While quoting last week from a novel by Toni Morrison, I was reminded of this poem. An old favorite of mine. You must forgive - even, I think, accept - the occasional use of language we don't like to use today. Benet died in the year that I was born, not quite a month later actually. No wonder I feel a connection. Read more about American Names
I didn't know my friend Hall's father, Jim Lovell, as well as I might have liked to. I know that he liked birding - we went together, he and I and Hall and his wife, Hall's mother, she in a wheelchair. She counted off more birds than any one of us. The too few times I visited Pete and Hall on my own, Jim would take us all out to dinner. He was a nice man. He was a learned man. He was an English professor, in his working days, and we might have had some delightful conversations had time and chance allowed. But not too long ago, time ran out. Read more about For Jim Lovell
with an invocation to Venus, whom Lucretius addresses as an allegorical representation of the reproductive power. (from the Wiki)
Spring is nearly here and it seems that Lucretius, much like myself, is sometimes in it for the metaphor: Read more about The Nature of Things
This month's full moon is still two weeks away, but I care not a rap.
Read more about Memories of Moonlight>
She was wearing the coral taffeta trousers
Someone had brought her from Ispahan,
And the little gold coat with pomegranate blossoms,
And the coral-hafted feather fan;
But she ran down a Kentish lane in the moonlight,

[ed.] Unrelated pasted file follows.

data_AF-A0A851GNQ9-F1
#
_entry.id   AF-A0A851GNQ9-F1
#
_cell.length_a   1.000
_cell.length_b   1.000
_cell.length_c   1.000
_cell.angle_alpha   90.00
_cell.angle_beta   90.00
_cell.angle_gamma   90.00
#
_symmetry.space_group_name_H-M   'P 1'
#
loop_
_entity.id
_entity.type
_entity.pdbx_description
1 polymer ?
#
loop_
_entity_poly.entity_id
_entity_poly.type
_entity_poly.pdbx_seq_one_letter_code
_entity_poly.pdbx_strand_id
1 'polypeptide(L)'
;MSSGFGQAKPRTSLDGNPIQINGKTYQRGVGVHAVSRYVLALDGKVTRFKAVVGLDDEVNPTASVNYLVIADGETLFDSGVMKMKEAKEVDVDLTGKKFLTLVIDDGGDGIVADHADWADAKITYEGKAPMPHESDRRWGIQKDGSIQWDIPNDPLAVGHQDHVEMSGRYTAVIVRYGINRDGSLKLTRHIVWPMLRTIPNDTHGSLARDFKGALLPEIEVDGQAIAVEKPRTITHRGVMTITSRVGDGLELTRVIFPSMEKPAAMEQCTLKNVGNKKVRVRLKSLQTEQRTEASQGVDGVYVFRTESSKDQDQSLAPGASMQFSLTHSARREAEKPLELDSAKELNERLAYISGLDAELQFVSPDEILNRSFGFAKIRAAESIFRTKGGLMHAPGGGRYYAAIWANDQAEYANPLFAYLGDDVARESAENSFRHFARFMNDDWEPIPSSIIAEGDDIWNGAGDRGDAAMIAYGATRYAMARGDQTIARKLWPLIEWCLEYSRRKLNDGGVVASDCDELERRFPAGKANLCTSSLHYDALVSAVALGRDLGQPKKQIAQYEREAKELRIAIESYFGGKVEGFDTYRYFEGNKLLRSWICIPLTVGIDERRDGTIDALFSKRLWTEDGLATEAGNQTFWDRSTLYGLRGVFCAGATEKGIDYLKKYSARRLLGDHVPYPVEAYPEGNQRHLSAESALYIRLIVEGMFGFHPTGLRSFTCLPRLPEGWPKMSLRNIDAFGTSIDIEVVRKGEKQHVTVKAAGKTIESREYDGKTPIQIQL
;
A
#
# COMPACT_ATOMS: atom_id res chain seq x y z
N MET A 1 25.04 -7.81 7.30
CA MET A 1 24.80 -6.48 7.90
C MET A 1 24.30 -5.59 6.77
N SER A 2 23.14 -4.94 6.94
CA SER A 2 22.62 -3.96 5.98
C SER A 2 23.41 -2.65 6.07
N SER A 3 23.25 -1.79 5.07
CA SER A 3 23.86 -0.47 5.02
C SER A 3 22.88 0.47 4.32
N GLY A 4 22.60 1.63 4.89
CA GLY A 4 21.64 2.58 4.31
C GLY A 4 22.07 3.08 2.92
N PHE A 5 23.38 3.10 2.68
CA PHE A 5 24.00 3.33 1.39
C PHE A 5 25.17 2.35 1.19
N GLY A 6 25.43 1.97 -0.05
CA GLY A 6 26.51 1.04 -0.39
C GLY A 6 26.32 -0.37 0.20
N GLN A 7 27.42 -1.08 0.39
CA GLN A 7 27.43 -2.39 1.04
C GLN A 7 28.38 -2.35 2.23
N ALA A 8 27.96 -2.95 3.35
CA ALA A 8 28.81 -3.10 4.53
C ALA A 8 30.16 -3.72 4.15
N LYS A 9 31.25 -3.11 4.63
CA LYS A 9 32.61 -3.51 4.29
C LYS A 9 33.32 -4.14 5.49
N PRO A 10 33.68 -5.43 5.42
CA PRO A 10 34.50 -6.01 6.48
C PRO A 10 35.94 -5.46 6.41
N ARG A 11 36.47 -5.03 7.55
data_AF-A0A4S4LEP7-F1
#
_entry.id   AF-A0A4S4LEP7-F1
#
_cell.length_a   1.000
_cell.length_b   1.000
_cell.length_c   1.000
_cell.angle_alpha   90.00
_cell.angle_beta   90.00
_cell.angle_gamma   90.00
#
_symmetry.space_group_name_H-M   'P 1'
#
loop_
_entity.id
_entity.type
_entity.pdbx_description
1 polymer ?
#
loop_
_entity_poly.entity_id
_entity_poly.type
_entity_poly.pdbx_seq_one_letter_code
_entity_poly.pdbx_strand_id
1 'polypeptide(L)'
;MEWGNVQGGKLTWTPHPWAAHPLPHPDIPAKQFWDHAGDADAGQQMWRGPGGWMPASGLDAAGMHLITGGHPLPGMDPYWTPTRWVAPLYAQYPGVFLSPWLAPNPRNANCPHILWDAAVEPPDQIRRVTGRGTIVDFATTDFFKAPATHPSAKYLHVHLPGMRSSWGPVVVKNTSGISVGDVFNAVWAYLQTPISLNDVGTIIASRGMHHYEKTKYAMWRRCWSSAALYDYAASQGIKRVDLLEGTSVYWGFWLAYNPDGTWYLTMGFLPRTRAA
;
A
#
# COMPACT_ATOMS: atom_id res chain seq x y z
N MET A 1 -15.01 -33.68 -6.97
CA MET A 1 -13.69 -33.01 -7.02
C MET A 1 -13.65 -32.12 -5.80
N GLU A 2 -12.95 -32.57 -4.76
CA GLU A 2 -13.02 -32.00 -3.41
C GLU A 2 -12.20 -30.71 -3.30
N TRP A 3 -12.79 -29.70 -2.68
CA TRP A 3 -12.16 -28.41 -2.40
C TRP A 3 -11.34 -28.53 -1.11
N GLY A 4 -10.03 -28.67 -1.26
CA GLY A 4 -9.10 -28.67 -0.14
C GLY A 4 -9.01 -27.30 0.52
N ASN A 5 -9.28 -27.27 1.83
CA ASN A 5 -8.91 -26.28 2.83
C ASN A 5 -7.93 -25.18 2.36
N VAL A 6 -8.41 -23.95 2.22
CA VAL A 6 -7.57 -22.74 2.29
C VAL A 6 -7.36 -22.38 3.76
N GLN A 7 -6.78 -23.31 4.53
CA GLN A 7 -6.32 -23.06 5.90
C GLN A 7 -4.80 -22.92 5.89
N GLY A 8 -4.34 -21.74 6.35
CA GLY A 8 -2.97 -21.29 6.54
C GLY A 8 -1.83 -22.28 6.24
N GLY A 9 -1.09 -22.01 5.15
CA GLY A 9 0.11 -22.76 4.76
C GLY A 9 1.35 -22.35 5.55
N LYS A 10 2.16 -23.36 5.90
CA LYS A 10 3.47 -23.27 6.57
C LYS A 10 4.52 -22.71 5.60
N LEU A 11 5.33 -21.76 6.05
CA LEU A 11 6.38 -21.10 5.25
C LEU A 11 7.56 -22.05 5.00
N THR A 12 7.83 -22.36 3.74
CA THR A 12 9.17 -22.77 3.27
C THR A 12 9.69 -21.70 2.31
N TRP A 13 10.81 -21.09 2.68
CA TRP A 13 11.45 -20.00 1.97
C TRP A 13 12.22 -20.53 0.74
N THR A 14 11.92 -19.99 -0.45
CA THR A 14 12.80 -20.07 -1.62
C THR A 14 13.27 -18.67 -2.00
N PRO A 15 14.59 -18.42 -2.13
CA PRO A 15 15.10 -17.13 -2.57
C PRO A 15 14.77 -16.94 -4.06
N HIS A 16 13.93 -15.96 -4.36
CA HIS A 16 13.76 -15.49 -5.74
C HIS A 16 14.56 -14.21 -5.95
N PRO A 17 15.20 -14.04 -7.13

And skipped in the pool of the moon as she ran.
She cared not a rap for all the big planets,
I'm one of those besotted souls with a weakness for English period drama, and one of my favorites for a few seasons was Lark Rise to Candleford. I think it was in Series 3, Episode 4, when the villagers go out to gather in the wheat, that Alf (John Dagleish) leads the men into the field with The Keeper. I was so taken with it that I memorized it. I bet you will be too. Read more about Sing Ye Well
Earlier this year, I wrote about Italo Calvino's novel, If on a winter's night a traveler... and mentioned that there was yet another Calvino book on my shelf. Invisible Cities , however, isn't so much a novel as an epic poem. Read more about Invisible Cities
Read more about Of Spiders and Flies>
THE SPIDER AND THE FLY
'Will you walk into my parlour?' said the Spider to the Fly,
''Tis the prettiest parlour that ever did you spy;
The way into my parlour is up a winding stair,
And I have many curious things to show when you are there.'
'Oh no, no,' said the little Fly, 'to ask me is in vain,
For who goes up your winding stair can ne'er come down again.'
'I'm sure you must be weary, dear, with soaring up so high;
Will you rest upon my little bed?' said the Spider to the Fly.
'There are pretty curtains drawn around, the sheets are fine and thin;
Read more about Seattle Summer, 2015>
Confide ye aye in Providence, for Providence is kind,
And bear ye a' life's changes, wi' a calm and tranquil mind,
Though pressed and hemmed on every side, ha'e faith and ye 'll win through,
For ilka blade o' grass keps its ain drap o' dew.
Gin reft frae friends or crest in love, as whiles nae doubt ye've been,
Grief lies deep hidden in your heart or tears flow frae your een,